… as you can see below, the 90-day and 5-year swap rates are slightly higher. Some of my clients expect a decline in the Cash Rate will mean a lower rate for their Medical Equipment and other Finance. But, the banks set their fixed rates for fixed term loans based on their costs from week-to-week. The RBA Cash Rate is not part of those calculations.
We hear and read about it all the time: the banks’ cost of funds justifies whatever move they make in their published or quoted interest rates. We also hear and read speculation about their true cost of funds. Having watched this closely for quite a while, I can report that most of their costs are in what they pay their local customers for deposits, such as savings accounts and term deposits. A much smaller, but highly publicized, source of funds is international markets.
The third source is what they pay each other to borrow funds, the most common measure of which is Bank Bill Swap Rates, which have fixed terms of 30 days to 5 years. The latter is the typical term for Medical Equipment Finance. So, what range of rates should we expect, assuming a 5-year facility for equipment finance?
I have it on good authority (a banker) that the majors’ cost of funds averages 70-100 basis points (0.7-1.0%) over the swap rate on any given day. Second tier lenders are still disadvantaged by our financial system to the tune of an additional 40-50 points. The 5-year swap rate last Friday was 3.54%, so if we add 100 points, the majors’ cost of funds was about 4.54%. They’ll typically seek a margin of 200 points, so I would expect them to quote a rate to their existing clients somewhere around 6.5%. The second tier lenders will be around 7%, but both rates will be higher for new clients or those with questionable risk profiles.
It’s not enough to be able to easily repay a loan. It’s not enough to pay on time. It’s not enough to have a high net worth. And, it’s not enough to have a position of respect within the community. For a smooth approval process, it’s all about your transparency and ability to document any and all aspects of your finances. That’s the only way to satisfy the lenders’ need to create a ‘Perfect Loan File’, according to Mark Greene in a recent article in Forbes. The meltdown in the real estate market in the U.S. was/is, of course, much worse than here, but the attitude of the banks is the same. If they can’t tick every box on their credit matrix on the first pass, the approval of our application will be slow at best.
So, the way forward is to accept the often redundant documentation requests, remembering that when we were kids, one of our parents’ favourite replies to “Why?” was “Because I said so.”
So, what’s the perfect loan? Well, it’s one that (a) pays back the lender and (b) pays back the lender on time. But, underwriting the perfect loan is not the goal that lenders aspire to today.
The real goal is the Perfect Loan File.
I’m a big fan of Operating Lease Finance for Medical Equipment, especially Ultrasound and Healthcare IT (i.e., PACS/RIS and Teleradiology). It’s particularly relevant for businesses that recognise the needs for regular technology upgrades and appreciate the advantages of renting as opposed to buying. Operating Leases are essentially long term (typically 3-5 years) rentals, and the advantages include lower overall cost, off-balance-sheet accounting, and multiple options during the rental period and at the end-of-term.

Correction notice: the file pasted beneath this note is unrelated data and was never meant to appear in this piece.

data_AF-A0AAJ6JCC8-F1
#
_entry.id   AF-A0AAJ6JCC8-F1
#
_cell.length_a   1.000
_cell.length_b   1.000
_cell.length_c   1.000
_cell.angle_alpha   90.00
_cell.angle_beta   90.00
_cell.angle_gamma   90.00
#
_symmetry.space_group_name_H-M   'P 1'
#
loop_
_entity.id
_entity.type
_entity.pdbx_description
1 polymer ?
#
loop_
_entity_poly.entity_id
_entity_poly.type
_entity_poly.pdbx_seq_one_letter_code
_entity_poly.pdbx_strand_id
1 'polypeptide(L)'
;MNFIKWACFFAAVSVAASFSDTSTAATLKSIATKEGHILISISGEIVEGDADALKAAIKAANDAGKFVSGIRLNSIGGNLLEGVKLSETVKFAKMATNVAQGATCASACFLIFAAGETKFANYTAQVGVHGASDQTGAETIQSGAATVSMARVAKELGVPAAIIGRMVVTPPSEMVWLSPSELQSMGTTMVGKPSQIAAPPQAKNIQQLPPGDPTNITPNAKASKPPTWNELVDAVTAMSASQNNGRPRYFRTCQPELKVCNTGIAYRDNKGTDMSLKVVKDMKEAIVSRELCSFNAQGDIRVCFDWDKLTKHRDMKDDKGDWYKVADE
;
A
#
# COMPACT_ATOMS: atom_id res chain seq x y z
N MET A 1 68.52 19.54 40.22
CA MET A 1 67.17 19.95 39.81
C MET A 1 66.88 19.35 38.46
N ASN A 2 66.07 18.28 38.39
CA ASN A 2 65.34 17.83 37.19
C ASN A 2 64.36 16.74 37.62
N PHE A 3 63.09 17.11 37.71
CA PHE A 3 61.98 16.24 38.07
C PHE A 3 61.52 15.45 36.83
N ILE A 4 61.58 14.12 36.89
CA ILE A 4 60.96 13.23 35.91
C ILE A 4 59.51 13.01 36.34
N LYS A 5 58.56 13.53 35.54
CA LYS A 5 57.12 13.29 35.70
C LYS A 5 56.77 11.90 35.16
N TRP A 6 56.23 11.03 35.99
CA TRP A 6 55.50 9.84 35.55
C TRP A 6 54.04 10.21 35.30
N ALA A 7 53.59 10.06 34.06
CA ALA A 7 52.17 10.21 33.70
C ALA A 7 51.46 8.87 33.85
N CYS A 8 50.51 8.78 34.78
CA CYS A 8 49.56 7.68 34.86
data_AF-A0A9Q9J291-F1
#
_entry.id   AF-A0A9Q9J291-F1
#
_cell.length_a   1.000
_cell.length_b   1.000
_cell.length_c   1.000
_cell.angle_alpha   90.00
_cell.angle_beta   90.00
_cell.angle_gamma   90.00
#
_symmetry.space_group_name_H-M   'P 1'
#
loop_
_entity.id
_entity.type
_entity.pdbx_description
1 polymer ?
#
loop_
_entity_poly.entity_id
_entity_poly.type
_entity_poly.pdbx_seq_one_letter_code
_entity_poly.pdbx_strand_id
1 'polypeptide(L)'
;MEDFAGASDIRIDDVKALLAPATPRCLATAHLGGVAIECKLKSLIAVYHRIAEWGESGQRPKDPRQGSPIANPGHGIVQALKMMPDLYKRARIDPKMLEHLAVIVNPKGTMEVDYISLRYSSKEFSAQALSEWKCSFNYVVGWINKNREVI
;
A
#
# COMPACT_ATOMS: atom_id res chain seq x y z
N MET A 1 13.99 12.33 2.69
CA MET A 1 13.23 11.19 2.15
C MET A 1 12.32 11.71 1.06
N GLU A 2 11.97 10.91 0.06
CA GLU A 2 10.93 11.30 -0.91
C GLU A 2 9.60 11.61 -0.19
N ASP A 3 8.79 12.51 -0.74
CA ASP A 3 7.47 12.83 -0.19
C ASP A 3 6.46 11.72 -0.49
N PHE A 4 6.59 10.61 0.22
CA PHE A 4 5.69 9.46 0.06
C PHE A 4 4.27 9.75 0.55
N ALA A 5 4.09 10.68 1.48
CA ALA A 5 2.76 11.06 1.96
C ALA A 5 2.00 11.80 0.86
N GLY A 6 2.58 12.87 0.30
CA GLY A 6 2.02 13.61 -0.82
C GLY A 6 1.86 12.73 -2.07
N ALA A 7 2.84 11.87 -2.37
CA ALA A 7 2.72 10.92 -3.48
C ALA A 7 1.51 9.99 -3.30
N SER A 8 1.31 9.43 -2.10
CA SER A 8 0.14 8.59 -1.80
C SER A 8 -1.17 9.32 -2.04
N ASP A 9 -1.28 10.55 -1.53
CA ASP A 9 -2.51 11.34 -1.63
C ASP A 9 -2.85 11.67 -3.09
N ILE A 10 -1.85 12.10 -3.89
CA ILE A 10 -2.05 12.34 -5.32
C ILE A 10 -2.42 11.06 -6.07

Lower cost is due to the lender taking a residual risk position that is more that the borrower would normally take in an alternative facility. That results in lower payments and lower total cost, because the borrower isn’t committed to a residual payment. With Operating Leases, the lender owns the asset, so it doesn’t appear in the borrower’s balance sheet. From a tax point of view, the lender claims depreciation, and the borrower deducts all payments in full as an operating expense.
Income-producing equipment can often be upgraded to further enhance cash flow. With Operating Lease Finance, you have the option to upgrade anytime during the term by simply extending the term, increasing the payments, or a combination of the two. Other facilities require the settlement of the existing loan, which can include the additional expense of break costs, and entering into a separate, new facility.
Operating Lease end-of-term options are:
- Return the equipment/system to the lender without further obligation;
- Extend the term with reduced payments;
- Upgrade or replace the equipment/system with an extended term, adjusted payments, or both; or
- Purchase the asset at the then fair market value.
The last option can be contentious unless there is a fairly active second-hand market for those types of assets.
Systems such as Ultrasound and IT have a relatively short useful life, given the rapid pace of technological improvements that enhance performance, clinical utility, or both. So, unless you have multiple practices and the ability to ‘cascade’ older systems to less busy or demanding locations, Operating Lease is the way to go.
Remember the old saying that goes something like: If an asset appreciates with time, buy it; if it depreciates, rent it.